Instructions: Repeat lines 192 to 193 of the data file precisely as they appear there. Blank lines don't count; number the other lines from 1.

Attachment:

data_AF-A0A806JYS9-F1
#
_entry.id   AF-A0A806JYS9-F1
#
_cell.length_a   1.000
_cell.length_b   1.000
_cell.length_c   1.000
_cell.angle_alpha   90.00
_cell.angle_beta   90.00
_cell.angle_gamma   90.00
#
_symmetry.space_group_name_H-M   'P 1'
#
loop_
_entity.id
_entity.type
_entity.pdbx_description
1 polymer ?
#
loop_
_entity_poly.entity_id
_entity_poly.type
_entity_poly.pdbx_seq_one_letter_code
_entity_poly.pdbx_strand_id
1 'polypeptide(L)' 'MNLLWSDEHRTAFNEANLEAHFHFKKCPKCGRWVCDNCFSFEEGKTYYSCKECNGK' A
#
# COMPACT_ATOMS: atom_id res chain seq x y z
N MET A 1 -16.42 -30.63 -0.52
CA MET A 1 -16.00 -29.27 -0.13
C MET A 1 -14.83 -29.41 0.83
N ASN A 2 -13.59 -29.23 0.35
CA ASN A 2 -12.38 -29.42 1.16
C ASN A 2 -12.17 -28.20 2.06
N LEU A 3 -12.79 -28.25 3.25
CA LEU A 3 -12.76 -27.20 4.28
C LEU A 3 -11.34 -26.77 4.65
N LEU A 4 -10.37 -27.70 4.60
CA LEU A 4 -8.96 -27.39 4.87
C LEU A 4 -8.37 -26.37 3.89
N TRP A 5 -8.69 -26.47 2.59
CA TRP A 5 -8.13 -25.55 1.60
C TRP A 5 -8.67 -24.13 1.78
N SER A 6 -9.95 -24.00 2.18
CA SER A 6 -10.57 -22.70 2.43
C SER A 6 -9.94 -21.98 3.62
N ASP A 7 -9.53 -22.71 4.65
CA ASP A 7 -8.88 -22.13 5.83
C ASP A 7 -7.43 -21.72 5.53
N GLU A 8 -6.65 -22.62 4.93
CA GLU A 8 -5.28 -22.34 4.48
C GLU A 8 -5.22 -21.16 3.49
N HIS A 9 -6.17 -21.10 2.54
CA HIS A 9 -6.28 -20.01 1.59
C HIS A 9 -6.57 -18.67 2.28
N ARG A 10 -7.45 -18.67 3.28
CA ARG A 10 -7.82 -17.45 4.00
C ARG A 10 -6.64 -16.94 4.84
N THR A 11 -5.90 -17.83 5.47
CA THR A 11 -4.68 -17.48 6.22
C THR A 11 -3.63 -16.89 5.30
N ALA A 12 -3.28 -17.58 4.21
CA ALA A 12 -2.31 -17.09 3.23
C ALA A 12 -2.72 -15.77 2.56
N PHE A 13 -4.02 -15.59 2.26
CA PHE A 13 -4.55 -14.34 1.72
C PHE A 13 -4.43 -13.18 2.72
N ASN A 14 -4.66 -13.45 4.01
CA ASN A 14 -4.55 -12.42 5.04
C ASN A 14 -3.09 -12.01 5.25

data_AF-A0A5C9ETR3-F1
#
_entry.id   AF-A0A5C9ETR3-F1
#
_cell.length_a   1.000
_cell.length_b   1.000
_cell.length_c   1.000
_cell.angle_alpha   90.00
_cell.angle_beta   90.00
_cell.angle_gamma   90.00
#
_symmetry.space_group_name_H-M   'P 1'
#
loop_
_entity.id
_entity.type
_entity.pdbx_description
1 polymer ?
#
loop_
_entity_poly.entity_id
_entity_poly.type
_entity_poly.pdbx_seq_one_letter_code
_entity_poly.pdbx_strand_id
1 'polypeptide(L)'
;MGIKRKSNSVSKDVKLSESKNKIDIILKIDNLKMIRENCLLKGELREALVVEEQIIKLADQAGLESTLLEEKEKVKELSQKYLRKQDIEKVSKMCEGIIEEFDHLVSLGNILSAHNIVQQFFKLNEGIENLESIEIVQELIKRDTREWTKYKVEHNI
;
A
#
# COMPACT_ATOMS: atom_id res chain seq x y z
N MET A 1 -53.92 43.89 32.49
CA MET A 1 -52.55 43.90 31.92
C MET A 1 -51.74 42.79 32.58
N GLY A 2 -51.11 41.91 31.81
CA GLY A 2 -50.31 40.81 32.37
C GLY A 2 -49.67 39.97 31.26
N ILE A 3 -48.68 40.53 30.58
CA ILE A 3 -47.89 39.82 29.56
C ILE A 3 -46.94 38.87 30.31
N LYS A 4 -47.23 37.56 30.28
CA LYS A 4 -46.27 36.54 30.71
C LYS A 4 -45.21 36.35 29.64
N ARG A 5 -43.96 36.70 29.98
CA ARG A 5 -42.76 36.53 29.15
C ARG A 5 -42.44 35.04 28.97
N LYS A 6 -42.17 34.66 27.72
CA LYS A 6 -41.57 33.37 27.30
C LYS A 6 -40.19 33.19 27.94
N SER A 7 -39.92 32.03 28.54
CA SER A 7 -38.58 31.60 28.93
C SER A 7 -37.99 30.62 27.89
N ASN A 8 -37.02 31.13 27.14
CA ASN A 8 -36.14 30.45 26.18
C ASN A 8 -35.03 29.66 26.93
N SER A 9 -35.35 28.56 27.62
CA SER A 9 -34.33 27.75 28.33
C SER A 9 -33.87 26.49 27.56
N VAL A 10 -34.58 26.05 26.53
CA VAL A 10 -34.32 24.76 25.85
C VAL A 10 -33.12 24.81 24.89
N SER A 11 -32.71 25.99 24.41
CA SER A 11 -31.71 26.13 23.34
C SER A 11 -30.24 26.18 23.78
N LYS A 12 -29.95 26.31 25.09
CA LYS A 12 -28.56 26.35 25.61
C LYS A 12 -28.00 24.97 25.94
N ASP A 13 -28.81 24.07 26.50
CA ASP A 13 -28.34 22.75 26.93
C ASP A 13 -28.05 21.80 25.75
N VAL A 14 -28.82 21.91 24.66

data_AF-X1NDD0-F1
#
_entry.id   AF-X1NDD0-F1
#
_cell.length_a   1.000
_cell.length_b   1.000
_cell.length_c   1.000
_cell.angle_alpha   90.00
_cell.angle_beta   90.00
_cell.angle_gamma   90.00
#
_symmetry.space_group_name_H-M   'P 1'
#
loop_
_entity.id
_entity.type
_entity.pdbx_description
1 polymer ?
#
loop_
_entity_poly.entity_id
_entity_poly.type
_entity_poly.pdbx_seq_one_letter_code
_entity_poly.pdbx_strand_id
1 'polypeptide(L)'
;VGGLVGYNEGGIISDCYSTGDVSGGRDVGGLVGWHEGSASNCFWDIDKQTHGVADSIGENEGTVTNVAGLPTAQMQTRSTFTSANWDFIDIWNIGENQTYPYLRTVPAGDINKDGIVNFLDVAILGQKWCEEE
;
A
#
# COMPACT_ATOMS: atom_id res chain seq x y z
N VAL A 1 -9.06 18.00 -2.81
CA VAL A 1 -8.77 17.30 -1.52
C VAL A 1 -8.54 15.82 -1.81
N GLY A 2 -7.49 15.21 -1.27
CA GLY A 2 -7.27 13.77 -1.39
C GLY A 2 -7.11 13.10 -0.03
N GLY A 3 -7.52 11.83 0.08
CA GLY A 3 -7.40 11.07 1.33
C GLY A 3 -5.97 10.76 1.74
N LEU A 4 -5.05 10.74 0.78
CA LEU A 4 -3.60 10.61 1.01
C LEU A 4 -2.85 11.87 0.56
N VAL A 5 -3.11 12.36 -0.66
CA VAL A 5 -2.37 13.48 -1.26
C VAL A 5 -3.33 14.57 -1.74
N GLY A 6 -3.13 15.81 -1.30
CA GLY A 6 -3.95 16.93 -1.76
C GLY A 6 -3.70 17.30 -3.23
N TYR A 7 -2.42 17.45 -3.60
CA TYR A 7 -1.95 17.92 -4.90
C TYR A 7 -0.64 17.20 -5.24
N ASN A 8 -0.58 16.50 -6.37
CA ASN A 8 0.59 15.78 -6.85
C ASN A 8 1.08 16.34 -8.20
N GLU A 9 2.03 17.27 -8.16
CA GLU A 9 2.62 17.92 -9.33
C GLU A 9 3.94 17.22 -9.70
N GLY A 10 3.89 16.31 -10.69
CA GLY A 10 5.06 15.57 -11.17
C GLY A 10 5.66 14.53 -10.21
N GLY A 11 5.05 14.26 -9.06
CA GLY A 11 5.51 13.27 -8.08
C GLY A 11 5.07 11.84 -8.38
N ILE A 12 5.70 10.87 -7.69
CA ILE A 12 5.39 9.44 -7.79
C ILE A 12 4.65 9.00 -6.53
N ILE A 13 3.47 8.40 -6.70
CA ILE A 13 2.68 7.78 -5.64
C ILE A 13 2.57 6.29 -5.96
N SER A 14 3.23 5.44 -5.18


CA ASN A 8 0.59 15.78 -6.85
C ASN A 8 1.08 16.34 -8.20